It has some moderate supporters of social democracy; but its dominant radical wing consists of hardliners who are clearly fighting to impose a dictatorship of the proletariat. An article in the PT's official magazine says:

"We ... want far more than a mere equality before the law ... We believe that the working classes and all the oppressed majorities have their own historical rights, as rights that are above the limits of any legality. For, as history teaches us, laws are transitory, relative, and nothing more than a juridical expression of the correlation of forces between the social classes ...

"Do we want a party that obeys and adapts itself to the limits of bourgeois institutions, or, rather, a party with a clear option for the direct action of the masses, as a party which knows how to act in legal terms but never subjecting itself to the limits of legality ... ?"

In 1990, the PT organised its seventh national congress. The event was held in order to discuss long-term strategies for the party. One of the discussions was on whether or not "revolutionary rupture" is a necessary step to bring about "social transformation".

The PT's official magazine reported the results of this debate in July 1990. It said:

"Over these last 10 years, the PT has ... confirmed on many occasions its option for a coherent tactic of combativeness ... which characterises every revolutionary party.

"A rapid look at the eight points made at our seventh national meeting confirms [our option for] Gramsci's notions of hegemonic dispute ... the necessity of a powerful state and of engaging ourselves in the ongoing 'war of position' ... towards a revolutionary rupture."

On March 16, 2005, Veja, Brazil's leading news magazine, published a cover story about the offering of $5 million dollars by the Revolutionary Army Forces of Colombia (FARC) to the campaign of PT candidates in 2003.

The article quoted official documents from the Brazilian Intelligence Agency, ABIN (Agência Brasileira de Inteligência), attesting to the existence of "close liaisons" between PT members and the FARC drug guerrillas.

One such document revealed that Father Olivério Medina, a Catholic priest who acts in Brazil as FARC's "ambassador", announced at an April 13, 2002 meeting at a farm near Brasília, that the guerrillas were donating $5 million to the electoral campaign of PT candidates.

Money trail

An undercover ABIN agent at the meeting reported that the money would arrive via Trinidad and Tobago, a small nation in the Caribbean Sea. It would be sent firstly to businessmen who supported the party, and, afterwards, distributed as their personal contribution to the PT's regional committees.

The Colombian Government has confirmed that Father Medina is indeed the main person responsible for intermediation between members of political parties in Brazil and the FARC guerrillas.

The Workers' Party (PT), in an official note, entitled "The Truth about Colombia, the FARC and PT" (February 16, 2002), says that the FARC and the PT are both members of the pro-communist FSP.

But it falsely maintains that there is no evidence of the FARC's involvement with drug-trafficking.

In fact, the FARC - the biggest and most active guerrilla organisation acting in Colombia - obtain most of their money through criminal activities such as kidnapping and drug-trafficking. The FARC control 30 per cent of all Colombia's drug market, including its cocaine exports.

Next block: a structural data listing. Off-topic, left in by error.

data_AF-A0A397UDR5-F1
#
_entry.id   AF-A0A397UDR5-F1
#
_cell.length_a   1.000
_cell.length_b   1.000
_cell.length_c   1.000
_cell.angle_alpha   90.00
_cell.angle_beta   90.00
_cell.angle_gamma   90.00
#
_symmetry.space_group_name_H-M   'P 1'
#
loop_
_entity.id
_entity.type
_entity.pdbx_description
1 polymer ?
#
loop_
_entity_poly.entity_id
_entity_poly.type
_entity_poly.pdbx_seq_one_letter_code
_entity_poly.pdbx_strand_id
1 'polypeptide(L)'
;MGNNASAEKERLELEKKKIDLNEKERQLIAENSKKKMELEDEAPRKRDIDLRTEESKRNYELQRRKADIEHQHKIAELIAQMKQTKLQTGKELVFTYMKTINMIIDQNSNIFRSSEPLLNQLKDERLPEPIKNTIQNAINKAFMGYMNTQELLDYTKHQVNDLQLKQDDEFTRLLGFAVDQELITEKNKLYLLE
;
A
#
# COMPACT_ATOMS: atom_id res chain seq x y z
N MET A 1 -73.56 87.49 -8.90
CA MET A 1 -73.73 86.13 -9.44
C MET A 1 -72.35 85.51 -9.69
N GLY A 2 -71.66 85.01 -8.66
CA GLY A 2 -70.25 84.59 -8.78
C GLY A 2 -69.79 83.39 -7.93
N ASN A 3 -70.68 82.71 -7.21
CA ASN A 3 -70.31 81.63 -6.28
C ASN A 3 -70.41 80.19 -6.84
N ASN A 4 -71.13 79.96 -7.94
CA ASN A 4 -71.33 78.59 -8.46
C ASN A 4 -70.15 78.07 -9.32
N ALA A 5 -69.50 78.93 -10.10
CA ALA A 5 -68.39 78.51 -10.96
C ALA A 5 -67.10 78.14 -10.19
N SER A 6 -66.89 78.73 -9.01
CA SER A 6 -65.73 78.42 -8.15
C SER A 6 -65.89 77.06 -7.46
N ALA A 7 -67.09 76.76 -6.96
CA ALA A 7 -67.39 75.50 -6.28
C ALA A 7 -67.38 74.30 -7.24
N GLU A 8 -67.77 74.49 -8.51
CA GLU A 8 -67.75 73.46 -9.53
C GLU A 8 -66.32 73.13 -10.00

From 1997 to 2004, the FARC kidnapped more than 4,000 people, most of them defenceless civilians. In 2004, at least 700 people were taken hostage and sent as "prisoners of war" to the FARC's military encampments.

Before the US-led military coalition invaded Iraq in February 2003, a delegation of PT congressmen went to Baghdad to express their unconditional solidarity with Iraqi dictator Saddam Hussein and his tyrannical régime.

A few months after their visit, a Rio de Janeiro city councillor - and member of the Communist Party of Brazil (PC do B) - successfully introduced at Rio legislation which declared George W. Bush to be a persona non grata in the city. This means that the President of the United States is legally forbidden to visit the city of Rio de Janeiro.

A further disturbing sign of political radicalism was when Brazil's minister of culture, Gilberto Gil, a pop-singer, organised on August 13, 2004, a concert at São Paulo where an image of the US President appeared with a noose around his neck and the slogan: "Morra Bush, Morra!" ("Die Bush, Die!"). Another image featured a portrait of the Cuban-Argentinean revolutionary, Che Guevara.

Brazil's ambassador to Cuba, Tilden Santiago, has declared that his country's political system "should be based on the Cuban régime".

Speaking on behalf of the Brazilian government, the ambassador openly approved the execution of political dissidents in Cuba, by calling them criminals who were nothing but traitors in the service of US imperialism, and who were therefore attempting to "destabilise" Cuba's communist régime.

Although the Brazilian Constitution does not authorise the death penalty for opposition to the government, ambassador Santiago made the sinister statement: "Likewise, if they try to destabilise Lula, we will also have to take the same measures here."

In December 2003, President Lula decided to visit several countries of the Islamic world, in Northern Africa and the Middle East. The media called it a "Tour of Dictatorships" because he visited only oppressive régimes with appalling human rights records, such as Algeria, Sudan, Libya and Egypt.

Lula described Libya's notorious dictator Colonel Gadhafi as a close friend whose "good advice" he greatly appreciated.

Nuclear weaponry

On top of all this, President Lula's administration has refused to comply with the UN Nuclear Non-Proliferation Treaty. Lula argued that respecting this international law "would make sense only if all the countries that already have nuclear weapons also gave them up".

In a speech he delivered in 2002 before high-ranking military officers, when he was campaigning for the Brazilian presidency, Lula promised his audience that his administration would turn the country into a nuclear power. He told them:

"Brazil will only be respected in the world when it turns into an economic, technological, and military power." (Quoted in Canada's National Post, October 31, 2002).

  • Augusto Zimmermann is a Brazilian law professor and author, currently completing a Ph.D at Monash University, Melbourne. A longer, footnoted version of this article originally appeared in the English-language Brazzil magazine, July 27, 2005.